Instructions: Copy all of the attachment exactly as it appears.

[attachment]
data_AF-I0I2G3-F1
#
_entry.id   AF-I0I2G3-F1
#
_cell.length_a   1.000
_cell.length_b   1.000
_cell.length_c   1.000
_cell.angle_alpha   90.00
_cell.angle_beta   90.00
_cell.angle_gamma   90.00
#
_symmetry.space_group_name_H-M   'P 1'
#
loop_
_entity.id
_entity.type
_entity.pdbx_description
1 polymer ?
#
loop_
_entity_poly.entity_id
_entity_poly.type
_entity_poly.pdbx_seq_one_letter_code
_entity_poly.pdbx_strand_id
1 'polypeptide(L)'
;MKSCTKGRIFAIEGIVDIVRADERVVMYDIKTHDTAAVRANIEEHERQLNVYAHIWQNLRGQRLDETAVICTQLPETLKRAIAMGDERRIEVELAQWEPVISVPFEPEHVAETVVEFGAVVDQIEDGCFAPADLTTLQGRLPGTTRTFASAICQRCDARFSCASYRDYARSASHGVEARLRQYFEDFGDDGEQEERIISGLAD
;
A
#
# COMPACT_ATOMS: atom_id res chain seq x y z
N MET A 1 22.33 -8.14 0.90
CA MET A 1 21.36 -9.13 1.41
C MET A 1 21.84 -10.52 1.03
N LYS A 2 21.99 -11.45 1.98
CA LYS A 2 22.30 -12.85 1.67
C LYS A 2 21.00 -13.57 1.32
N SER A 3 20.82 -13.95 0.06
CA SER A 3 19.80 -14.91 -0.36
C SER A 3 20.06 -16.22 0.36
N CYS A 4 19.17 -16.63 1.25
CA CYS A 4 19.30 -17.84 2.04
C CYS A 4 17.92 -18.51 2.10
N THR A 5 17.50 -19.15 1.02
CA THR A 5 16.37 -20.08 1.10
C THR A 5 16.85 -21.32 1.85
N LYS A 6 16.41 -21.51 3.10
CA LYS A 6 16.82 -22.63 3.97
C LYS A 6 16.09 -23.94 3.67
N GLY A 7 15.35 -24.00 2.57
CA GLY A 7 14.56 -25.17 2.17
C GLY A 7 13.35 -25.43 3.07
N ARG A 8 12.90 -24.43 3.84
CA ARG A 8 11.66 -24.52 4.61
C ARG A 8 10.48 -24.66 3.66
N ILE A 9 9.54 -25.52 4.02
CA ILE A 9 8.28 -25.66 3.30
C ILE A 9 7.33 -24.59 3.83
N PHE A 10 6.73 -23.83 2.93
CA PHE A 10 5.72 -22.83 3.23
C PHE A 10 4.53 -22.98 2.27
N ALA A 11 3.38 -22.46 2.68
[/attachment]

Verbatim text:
data_AF-I0I2G3-F1
#
_entry.id   AF-I0I2G3-F1
#
_cell.length_a   1.000
_cell.length_b   1.000
_cell.length_c   1.000
_cell.angle_alpha   90.00
_cell.angle_beta   90.00
_cell.angle_gamma   90.00
#
_symmetry.space_group_name_H-M   'P 1'
#
loop_
_entity.id
_entity.type
_entity.pdbx_description
1 polymer ?
#
loop_
_entity_poly.entity_id
_entity_poly.type
_entity_poly.pdbx_seq_one_letter_code
_entity_poly.pdbx_strand_id
1 'polypeptide(L)'
;MKSCTKGRIFAIEGIVDIVRADERVVMYDIKTHDTAAVRANIEEHERQLNVYAHIWQNLRGQRLDETAVICTQLPETLKRAIAMGDERRIEVELAQWEPVISVPFEPEHVAETVVEFGAVVDQIEDGCFAPADLTTLQGRLPGTTRTFASAICQRCDARFSCASYRDYARSASHGVEARLRQYFEDFGDDGEQEERIISGLAD
;
A
#
# COMPACT_ATOMS: atom_id res chain seq x y z
N MET A 1 22.33 -8.14 0.90
CA MET A 1 21.36 -9.13 1.41
C MET A 1 21.84 -10.52 1.03
N LYS A 2 21.99 -11.45 1.98
CA LYS A 2 22.30 -12.85 1.67
C LYS A 2 21.00 -13.57 1.32
N SER A 3 20.82 -13.95 0.06
CA SER A 3 19.80 -14.91 -0.36
C SER A 3 20.06 -16.22 0.36
N CYS A 4 19.17 -16.63 1.25
CA CYS A 4 19.30 -17.84 2.04
C CYS A 4 17.92 -18.51 2.10
N THR A 5 17.50 -19.15 1.02
CA THR A 5 16.37 -20.08 1.10
C THR A 5 16.85 -21.32 1.85
N LYS A 6 16.41 -21.51 3.10
CA LYS A 6 16.82 -22.63 3.97
C LYS A 6 16.09 -23.94 3.67
N GLY A 7 15.35 -24.00 2.57
CA GLY A 7 14.56 -25.17 2.17
C GLY A 7 13.35 -25.43 3.07
N ARG A 8 12.90 -24.43 3.84
CA ARG A 8 11.66 -24.52 4.61
C ARG A 8 10.48 -24.66 3.66
N ILE A 9 9.54 -25.52 4.02
CA ILE A 9 8.28 -25.66 3.30
C ILE A 9 7.33 -24.59 3.83
N PHE A 10 6.73 -23.83 2.93
CA PHE A 10 5.72 -22.83 3.23
C PHE A 10 4.53 -22.98 2.27
N ALA A 11 3.38 -22.46 2.68